With hundreds of municipal leaders in Ottawa this week, PlascoEnergy Group hopes many of them will kick the tires of its new waste-conversion facility here, and maybe consider the technology for themselves.
More than 300 politicians are expected to tour PlascoEnergy Group’s demonstration facility on Trail Road over the next several days during the Association of Municipalities of Ontario (AMO) conference in Ottawa. And CEO Rod Bryden said municipal leaders would be interested to know that starting up a plant poses no cost to a municipality.
PlascoEnergy Group funds all start up costs and takes responsibility for selling the power, he said. The municipality pays $65 for each tonne of waste brought in — a cost similar to the one they face bringing waste to a landfill.
“What we’re doing is extremely positive for the environment,” Bryden said.
Federal environment minister John Baird took a look yesterday. “That’s a triple win,” he said, noting that not only does the process divert waste from the landfill, it reduces methane gas and produces clean energy.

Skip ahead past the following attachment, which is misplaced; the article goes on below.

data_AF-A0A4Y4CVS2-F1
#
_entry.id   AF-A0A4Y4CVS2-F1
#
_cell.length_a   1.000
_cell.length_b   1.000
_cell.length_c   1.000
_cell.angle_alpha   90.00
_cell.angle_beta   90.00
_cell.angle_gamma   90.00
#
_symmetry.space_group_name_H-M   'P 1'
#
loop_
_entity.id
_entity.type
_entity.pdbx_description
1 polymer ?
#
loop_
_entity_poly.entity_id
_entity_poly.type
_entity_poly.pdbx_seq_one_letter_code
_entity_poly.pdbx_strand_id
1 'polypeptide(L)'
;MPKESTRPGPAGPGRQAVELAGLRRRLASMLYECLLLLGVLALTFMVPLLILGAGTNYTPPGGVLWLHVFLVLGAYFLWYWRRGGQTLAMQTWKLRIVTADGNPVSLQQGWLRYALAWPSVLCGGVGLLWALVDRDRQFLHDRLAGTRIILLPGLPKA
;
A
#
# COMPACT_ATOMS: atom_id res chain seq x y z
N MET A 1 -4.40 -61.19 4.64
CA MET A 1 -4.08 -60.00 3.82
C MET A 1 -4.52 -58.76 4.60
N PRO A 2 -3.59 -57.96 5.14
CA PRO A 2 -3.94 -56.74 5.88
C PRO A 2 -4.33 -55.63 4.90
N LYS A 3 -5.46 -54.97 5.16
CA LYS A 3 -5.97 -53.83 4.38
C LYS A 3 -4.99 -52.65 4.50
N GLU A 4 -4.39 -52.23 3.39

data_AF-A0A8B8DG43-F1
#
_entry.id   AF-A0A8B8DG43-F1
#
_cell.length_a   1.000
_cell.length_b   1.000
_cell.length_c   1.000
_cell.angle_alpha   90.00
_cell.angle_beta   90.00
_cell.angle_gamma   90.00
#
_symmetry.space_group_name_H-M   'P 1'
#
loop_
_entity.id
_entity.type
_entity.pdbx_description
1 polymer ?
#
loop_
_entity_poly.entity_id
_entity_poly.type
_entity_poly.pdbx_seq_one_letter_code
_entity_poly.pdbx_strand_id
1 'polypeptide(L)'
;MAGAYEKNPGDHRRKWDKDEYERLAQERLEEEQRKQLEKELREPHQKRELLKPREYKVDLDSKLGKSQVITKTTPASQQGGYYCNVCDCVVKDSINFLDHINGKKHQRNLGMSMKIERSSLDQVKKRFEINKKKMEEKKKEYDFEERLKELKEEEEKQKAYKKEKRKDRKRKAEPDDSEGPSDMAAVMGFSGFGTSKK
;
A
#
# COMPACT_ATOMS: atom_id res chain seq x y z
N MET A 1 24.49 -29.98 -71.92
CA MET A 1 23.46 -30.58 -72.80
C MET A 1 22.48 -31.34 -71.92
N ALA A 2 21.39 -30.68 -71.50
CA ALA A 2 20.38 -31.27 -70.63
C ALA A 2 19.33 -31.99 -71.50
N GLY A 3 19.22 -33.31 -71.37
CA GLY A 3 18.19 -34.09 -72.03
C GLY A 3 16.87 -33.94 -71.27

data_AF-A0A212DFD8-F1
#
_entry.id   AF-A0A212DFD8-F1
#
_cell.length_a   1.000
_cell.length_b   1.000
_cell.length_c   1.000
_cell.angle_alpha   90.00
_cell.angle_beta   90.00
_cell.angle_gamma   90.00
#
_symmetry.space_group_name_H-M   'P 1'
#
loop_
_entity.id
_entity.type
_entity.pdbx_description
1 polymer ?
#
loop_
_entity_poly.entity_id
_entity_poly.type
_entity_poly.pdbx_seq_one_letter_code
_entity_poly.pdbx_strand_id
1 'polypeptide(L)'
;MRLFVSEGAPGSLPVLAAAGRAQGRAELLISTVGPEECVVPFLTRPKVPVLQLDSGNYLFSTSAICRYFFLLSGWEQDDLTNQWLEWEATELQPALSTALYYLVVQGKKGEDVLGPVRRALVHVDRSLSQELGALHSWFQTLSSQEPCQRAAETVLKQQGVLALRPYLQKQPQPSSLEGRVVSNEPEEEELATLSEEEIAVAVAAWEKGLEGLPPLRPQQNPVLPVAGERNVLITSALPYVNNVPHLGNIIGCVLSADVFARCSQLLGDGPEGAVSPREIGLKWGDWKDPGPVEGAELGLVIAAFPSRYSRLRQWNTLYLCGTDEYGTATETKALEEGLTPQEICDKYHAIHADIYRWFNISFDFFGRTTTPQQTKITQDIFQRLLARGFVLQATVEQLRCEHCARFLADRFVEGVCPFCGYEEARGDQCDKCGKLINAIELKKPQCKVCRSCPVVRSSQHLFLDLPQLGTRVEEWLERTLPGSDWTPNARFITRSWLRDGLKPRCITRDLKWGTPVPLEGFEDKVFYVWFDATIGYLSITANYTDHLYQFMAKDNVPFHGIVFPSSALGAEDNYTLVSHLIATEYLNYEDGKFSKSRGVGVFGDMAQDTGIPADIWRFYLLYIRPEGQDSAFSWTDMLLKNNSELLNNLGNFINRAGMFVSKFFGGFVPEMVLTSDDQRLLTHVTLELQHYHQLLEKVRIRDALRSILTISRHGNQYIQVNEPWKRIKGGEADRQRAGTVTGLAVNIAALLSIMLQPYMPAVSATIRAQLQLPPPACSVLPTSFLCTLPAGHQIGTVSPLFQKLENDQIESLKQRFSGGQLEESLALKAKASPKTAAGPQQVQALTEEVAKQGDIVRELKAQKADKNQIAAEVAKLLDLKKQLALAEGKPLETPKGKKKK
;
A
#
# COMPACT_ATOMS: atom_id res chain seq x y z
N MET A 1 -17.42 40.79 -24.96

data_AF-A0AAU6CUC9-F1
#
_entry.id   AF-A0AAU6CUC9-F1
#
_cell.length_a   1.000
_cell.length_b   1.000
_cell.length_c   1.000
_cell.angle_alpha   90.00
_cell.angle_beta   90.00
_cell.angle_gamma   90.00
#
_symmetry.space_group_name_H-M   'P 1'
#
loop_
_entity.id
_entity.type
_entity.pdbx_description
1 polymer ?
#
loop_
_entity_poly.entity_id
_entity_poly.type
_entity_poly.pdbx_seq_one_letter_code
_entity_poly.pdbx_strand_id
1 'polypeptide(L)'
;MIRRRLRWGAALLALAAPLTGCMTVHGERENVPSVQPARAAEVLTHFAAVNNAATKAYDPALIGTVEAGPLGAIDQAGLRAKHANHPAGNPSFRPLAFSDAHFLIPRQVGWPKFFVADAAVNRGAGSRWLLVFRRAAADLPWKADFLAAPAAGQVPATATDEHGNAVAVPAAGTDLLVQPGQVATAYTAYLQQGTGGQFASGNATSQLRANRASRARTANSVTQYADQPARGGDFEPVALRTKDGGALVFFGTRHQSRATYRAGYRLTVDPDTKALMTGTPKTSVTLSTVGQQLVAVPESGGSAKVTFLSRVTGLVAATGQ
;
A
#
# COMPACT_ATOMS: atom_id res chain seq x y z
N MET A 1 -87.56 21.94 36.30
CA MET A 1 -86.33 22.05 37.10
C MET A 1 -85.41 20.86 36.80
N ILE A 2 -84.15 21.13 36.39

The plant will go into full operation this fall and uses new technology in waste management, converting up to 100 tonnes of Ottawa’s municipal unrecyclable solid waste per day into valuable products, including: synthetic gas, which is used to operate engines for electricity production; inert slag material for construction, and sulphur for soil enhancement.
More than 99 per cent of waste is converted, with less than two kilograms from each tonne of waste processed remaining for disposal.
“There would be less traffic and less noise than a neighbourhood shopping centre,” Bryden said when talking about the low-profile facility that would have no noise or emissions.